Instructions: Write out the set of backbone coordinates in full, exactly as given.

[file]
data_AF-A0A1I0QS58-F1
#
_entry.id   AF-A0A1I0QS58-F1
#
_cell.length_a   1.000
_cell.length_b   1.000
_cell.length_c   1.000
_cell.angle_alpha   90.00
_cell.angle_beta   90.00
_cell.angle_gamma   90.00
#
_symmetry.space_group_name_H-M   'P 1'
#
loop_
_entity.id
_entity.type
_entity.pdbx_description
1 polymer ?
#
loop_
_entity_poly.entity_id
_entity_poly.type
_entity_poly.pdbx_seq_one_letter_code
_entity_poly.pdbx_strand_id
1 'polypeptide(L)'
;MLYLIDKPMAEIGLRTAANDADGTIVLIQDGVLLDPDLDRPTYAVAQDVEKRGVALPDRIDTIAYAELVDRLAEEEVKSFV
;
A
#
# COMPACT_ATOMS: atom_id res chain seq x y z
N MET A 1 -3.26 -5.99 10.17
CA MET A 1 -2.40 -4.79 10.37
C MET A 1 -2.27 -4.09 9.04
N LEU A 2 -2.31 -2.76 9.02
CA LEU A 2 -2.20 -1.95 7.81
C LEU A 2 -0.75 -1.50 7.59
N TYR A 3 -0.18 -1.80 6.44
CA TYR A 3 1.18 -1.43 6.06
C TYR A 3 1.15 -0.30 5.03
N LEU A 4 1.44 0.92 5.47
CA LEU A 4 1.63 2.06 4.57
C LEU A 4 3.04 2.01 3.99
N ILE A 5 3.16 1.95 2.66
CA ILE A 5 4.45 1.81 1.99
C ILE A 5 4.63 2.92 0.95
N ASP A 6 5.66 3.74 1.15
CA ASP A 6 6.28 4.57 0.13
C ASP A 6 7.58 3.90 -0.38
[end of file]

data_AF-A0A1I0QS58-F1
#
_entry.id   AF-A0A1I0QS58-F1
#
_cell.length_a   1.000
_cell.length_b   1.000
_cell.length_c   1.000
_cell.angle_alpha   90.00
_cell.angle_beta   90.00
_cell.angle_gamma   90.00
#
_symmetry.space_group_name_H-M   'P 1'
#
loop_
_entity.id
_entity.type
_entity.pdbx_description
1 polymer ?
#
loop_
_entity_poly.entity_id
_entity_poly.type
_entity_poly.pdbx_seq_one_letter_code
_entity_poly.pdbx_strand_id
1 'polypeptide(L)'
;MLYLIDKPMAEIGLRTAANDADGTIVLIQDGVLLDPDLDRPTYAVAQDVEKRGVALPDRIDTIAYAELVDRLAEEEVKSFV
;
A
#
# COMPACT_ATOMS: atom_id res chain seq x y z
N MET A 1 -3.26 -5.99 10.17
CA MET A 1 -2.40 -4.79 10.37
C MET A 1 -2.27 -4.09 9.04
N LEU A 2 -2.31 -2.76 9.02
CA LEU A 2 -2.20 -1.95 7.81
C LEU A 2 -0.75 -1.50 7.59
N TYR A 3 -0.18 -1.80 6.44
CA TYR A 3 1.18 -1.43 6.06
C TYR A 3 1.15 -0.30 5.03
N LEU A 4 1.44 0.92 5.47
CA LEU A 4 1.63 2.06 4.57
C LEU A 4 3.04 2.01 3.99
N ILE A 5 3.16 1.95 2.66
CA ILE A 5 4.45 1.81 1.99
C ILE A 5 4.63 2.92 0.95
N ASP A 6 5.66 3.74 1.15
CA ASP A 6 6.28 4.57 0.13
C ASP A 6 7.58 3.90 -0.38